In September of 2008 TMZ broke the story about Heath Ledger’s life insurance company draggin their feet on paying out his $10,000,000 policy to his daughter Matilda. The reasons given were:
- Allegations that his death was a suicide rather than accidental
- He may have lied on the form where he stated he had never taken any illegal drugs.
Matilda’s attorneys filed suit alleging the insurance company (ReliaStar Life) was acting in bad faith. According to TMZ this morning, that case has now been settled for an unknown amount.
A good summary of the facts to date from Professor Berry:
- Australian actor Heath Ledger died on January 22, 2008 in New York City from an accidental drug overdose.
- Heath was well-known for starring in the movie Brokeback Mountain and for the role of “The Joker” in the Batman movie, The Dark Knight.
- According to Jose Martinez, Heath Ledger assets go to parents, siblings, [New York] Daily News, March 8, 2008, Heath prepared a three page will in Australia in 2003 before becoming successful. This will leaves his entire estate to his parents and siblings.
- After executing this will, however, Heath’s former partner gave birth to a child, Matilda Rose Ledger.
- According to Wendy Caccetta, Heath Ledger’s Matilda to get the lot, Perth Now, Sept. 27, 2008, Heath’s family has decided to allow the entire estate estimated at $20 million to pass to Matilda despite the provisions of Heath’s will.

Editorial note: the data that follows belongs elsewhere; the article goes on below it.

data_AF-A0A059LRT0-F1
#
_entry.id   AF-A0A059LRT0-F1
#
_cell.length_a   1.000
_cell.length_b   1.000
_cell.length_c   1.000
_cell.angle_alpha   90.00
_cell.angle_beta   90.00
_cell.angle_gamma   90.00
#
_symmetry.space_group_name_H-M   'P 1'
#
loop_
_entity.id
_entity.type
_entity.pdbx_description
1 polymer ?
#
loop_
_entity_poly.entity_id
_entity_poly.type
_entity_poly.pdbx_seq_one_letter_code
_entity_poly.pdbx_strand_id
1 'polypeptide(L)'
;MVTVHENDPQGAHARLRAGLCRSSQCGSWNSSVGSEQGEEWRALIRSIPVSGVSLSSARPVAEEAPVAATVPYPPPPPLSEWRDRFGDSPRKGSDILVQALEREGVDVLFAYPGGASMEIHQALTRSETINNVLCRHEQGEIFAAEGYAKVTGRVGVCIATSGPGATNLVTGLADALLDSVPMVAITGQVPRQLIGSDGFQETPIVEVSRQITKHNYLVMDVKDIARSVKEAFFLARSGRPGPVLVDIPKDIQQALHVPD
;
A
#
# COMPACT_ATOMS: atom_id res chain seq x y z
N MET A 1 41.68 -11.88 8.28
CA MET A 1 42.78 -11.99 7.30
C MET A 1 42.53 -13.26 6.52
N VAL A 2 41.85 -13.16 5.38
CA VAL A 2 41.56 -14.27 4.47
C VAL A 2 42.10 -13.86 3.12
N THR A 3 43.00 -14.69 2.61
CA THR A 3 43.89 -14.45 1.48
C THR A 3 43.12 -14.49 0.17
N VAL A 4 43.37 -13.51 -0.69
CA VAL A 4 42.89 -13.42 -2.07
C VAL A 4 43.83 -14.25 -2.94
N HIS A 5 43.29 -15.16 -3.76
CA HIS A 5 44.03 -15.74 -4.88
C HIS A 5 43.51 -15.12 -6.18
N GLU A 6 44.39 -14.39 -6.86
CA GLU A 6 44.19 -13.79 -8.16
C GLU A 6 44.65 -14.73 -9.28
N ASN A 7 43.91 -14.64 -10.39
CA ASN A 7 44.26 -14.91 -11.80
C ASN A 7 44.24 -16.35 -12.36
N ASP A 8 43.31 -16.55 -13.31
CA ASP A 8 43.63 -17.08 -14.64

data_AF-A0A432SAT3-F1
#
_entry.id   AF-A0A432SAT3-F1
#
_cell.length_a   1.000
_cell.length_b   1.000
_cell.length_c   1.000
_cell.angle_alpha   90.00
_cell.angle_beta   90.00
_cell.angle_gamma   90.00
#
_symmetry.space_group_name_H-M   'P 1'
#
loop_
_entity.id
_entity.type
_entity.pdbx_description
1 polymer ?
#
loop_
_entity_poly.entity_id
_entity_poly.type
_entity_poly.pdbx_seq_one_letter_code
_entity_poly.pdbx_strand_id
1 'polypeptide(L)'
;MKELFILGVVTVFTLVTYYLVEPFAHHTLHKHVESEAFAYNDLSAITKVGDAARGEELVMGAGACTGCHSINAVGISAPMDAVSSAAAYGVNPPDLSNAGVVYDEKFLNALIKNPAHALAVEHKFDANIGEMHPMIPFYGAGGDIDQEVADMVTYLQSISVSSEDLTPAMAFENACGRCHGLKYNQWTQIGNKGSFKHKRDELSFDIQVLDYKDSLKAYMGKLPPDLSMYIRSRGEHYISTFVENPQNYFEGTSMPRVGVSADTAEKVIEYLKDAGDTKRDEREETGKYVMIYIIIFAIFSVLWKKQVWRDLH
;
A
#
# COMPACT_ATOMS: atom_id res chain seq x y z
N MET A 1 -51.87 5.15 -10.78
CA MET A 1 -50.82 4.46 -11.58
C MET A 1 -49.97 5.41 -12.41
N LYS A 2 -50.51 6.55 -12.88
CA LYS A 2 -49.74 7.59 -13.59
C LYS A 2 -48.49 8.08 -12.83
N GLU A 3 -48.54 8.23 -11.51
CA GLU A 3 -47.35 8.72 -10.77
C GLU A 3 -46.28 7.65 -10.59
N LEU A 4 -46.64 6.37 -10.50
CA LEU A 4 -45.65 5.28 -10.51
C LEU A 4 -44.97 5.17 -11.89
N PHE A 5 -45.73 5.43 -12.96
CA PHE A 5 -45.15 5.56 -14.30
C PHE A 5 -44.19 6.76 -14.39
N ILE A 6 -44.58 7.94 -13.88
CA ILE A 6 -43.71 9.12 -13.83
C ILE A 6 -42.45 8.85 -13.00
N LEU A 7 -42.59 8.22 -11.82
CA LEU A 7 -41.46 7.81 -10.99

Professor Berry addressed the following in this post on Feburary 19: “An interesting issue has now been raised — what would happen if Heath won the Oscar for Best Supporting Actor for his Joker performance?” The goof professoir cites to an article by Steve Pond, And the Oscar goes to Matilda if Ledger wins, Yahoo! News, Feb. 18, 2009, which explains that Matilda would become the owner of the Oscar statuette.
It gets interesting when Professor Berry explains that:
because she is only 3, Matilda is legally unable to sign the winner’s agreement — a contract required of all nominees that says the recipient will not resell his or her Oscar without first offering it back to the academy for $1. The agreement is the academy’s way of limiting what might otherwise be a lively secondary market in Oscars.
It is true a guardian could sign such an agreement and it would be binding until Matilda reaches 18 but after that, the agreement would not be binding on her. To solve this problem, the Academy and Ledger’s family have agreed to this solution — Matilda’s mother will hold the statuette in trust until Matilda reaches 18 at which point she must either sign the agreement or return the statuette to the Academy.
Very interesting stuff. Thank you Professor!